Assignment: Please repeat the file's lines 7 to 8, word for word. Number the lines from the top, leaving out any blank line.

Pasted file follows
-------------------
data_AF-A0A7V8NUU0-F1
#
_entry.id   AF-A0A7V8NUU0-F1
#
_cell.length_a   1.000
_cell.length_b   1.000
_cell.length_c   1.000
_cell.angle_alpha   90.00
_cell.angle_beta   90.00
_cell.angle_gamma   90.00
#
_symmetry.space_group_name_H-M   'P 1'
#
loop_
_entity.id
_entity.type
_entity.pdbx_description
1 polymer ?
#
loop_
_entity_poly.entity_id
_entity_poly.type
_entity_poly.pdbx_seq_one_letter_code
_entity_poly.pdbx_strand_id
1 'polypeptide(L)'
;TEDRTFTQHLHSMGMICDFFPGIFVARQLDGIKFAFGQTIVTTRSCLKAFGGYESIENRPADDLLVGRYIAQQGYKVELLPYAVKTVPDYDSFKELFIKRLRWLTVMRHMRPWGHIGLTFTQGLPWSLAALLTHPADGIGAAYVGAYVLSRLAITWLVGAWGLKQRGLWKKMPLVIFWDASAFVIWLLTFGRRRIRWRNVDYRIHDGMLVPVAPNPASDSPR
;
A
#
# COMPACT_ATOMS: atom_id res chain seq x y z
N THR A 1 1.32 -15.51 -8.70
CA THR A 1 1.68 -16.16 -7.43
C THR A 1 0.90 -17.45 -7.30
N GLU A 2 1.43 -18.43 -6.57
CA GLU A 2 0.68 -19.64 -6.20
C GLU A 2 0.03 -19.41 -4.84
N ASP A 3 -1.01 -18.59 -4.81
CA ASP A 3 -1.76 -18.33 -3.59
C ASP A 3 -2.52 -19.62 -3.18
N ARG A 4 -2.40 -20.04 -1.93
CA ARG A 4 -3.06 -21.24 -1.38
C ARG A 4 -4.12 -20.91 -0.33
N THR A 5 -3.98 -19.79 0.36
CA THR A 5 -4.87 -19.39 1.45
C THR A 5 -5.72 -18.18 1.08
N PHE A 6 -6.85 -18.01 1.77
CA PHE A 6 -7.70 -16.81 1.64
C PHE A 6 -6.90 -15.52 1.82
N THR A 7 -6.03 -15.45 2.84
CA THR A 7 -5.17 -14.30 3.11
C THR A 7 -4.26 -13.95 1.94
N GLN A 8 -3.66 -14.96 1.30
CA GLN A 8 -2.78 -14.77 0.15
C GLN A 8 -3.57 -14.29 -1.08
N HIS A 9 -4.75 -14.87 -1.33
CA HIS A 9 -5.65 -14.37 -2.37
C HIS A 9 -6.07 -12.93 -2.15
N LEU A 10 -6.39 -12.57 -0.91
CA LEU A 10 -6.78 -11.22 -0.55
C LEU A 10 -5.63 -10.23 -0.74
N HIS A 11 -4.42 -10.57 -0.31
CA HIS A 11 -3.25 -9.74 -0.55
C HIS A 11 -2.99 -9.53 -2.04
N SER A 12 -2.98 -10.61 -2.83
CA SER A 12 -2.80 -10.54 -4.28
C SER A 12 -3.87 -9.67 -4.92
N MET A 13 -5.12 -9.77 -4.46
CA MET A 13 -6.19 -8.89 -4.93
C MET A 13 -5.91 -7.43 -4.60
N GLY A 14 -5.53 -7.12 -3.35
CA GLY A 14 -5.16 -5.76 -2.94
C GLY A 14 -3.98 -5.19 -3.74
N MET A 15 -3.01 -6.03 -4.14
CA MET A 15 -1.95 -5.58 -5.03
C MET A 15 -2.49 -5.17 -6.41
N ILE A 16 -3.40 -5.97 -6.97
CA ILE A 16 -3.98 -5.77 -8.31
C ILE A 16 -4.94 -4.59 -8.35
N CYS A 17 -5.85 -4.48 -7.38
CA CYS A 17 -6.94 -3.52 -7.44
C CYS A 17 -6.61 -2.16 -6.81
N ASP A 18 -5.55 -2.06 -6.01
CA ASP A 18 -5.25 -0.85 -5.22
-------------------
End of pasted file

_cell.length_c   1.000
_cell.angle_alpha   90.00